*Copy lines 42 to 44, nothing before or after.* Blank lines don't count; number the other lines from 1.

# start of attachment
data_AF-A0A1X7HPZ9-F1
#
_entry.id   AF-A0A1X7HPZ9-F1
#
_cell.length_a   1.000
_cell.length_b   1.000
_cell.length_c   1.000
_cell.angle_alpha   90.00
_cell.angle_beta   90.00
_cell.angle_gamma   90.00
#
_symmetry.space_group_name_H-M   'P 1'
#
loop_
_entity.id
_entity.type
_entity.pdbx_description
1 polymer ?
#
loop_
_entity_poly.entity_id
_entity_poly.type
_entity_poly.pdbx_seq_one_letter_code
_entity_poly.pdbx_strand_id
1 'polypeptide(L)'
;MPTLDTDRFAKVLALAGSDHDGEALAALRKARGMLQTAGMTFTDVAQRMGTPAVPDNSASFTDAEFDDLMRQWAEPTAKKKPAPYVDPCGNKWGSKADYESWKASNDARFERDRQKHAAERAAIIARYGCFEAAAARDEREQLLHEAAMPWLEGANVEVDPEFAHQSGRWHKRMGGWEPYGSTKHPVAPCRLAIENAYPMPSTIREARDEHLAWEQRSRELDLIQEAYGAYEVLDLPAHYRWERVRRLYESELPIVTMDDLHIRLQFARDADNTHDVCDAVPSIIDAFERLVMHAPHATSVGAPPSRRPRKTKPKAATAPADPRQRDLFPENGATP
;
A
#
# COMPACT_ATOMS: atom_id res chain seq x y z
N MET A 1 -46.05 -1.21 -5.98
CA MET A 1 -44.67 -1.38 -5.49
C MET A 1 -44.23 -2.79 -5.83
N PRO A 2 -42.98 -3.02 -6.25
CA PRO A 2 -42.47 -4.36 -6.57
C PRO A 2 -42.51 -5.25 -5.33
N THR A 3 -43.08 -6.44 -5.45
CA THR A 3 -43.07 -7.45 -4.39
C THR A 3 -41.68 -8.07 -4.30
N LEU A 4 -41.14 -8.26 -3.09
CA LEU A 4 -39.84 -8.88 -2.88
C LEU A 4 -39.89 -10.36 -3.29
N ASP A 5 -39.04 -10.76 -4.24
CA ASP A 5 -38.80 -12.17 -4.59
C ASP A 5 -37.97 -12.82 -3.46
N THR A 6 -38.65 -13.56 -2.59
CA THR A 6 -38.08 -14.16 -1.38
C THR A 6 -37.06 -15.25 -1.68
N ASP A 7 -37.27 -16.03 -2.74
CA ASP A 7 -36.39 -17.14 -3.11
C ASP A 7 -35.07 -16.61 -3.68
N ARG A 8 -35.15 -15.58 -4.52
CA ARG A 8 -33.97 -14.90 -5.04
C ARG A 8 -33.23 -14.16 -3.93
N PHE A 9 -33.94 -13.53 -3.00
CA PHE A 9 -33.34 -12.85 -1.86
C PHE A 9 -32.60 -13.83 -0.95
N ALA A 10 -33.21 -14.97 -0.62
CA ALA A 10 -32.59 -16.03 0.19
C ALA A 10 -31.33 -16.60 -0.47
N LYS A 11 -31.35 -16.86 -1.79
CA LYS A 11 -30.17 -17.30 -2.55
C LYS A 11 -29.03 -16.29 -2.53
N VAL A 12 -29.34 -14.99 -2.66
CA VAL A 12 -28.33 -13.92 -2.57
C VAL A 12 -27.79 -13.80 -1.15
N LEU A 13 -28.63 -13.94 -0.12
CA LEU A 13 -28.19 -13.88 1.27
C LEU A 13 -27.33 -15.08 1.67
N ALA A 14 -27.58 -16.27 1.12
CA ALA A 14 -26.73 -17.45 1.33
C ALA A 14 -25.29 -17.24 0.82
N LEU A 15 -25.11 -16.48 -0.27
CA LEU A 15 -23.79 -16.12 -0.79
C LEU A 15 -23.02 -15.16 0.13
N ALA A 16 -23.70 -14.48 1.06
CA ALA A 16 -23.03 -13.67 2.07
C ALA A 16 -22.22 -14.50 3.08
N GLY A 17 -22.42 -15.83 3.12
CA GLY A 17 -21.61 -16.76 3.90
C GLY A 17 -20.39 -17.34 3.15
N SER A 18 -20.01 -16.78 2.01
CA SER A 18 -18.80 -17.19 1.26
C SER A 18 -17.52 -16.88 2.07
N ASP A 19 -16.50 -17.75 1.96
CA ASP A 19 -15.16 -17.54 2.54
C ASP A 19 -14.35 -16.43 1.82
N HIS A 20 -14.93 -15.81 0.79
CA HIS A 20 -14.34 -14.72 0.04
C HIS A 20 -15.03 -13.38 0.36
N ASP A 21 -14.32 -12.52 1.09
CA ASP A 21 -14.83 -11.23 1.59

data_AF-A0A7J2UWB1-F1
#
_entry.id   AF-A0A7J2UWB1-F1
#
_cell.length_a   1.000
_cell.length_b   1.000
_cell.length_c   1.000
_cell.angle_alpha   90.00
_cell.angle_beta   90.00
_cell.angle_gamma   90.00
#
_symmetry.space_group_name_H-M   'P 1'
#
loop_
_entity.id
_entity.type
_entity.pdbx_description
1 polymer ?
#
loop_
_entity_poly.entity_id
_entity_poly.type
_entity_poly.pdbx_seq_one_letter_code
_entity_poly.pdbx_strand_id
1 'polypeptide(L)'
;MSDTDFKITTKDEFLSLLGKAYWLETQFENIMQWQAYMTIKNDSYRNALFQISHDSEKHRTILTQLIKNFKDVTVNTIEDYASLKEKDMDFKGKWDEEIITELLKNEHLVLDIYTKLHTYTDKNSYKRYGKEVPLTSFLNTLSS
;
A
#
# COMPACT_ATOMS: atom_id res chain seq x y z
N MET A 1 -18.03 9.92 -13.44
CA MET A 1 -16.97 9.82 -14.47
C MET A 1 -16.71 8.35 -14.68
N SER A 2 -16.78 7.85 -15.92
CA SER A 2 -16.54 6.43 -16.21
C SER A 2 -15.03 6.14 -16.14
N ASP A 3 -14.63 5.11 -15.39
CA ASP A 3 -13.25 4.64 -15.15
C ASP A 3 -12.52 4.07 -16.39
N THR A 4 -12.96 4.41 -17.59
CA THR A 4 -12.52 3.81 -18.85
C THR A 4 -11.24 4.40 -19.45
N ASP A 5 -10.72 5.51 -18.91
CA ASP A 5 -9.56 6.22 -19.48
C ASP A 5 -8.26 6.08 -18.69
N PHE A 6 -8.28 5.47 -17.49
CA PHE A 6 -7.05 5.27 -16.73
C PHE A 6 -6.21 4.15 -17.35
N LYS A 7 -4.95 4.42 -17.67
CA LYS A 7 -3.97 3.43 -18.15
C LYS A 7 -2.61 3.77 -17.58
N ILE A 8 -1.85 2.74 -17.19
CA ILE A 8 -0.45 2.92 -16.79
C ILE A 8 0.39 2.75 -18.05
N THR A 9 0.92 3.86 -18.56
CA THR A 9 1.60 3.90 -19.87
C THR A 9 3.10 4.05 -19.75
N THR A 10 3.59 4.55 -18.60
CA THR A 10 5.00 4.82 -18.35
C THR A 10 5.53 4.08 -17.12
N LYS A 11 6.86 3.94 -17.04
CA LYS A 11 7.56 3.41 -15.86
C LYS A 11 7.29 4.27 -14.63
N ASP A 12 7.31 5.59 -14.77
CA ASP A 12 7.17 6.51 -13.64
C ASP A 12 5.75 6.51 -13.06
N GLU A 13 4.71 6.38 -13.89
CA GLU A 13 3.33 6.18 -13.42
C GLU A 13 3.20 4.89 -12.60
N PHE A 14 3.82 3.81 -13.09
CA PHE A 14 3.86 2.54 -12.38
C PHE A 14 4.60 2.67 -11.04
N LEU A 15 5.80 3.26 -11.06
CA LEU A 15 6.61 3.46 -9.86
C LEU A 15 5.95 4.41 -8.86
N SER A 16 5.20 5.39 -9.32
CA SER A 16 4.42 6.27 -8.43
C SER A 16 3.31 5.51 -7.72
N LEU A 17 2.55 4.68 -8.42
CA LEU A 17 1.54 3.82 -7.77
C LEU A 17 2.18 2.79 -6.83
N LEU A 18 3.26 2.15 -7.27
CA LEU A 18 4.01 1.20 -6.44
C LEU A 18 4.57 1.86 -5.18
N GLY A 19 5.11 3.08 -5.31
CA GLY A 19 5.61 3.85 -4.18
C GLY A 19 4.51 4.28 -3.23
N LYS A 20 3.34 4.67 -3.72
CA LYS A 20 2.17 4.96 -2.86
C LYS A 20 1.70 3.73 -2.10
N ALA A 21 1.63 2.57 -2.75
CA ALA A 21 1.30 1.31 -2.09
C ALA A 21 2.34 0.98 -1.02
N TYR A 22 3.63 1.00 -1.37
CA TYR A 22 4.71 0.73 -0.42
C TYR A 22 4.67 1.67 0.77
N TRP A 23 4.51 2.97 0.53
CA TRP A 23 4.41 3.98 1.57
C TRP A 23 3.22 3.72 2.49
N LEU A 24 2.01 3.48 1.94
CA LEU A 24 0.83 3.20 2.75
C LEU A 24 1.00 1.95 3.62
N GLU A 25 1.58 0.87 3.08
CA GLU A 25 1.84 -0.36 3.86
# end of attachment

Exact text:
C LEU A 4 -39.89 -10.36 -3.29
N ASP A 5 -39.04 -10.76 -4.24
CA ASP A 5 -38.80 -12.17 -4.59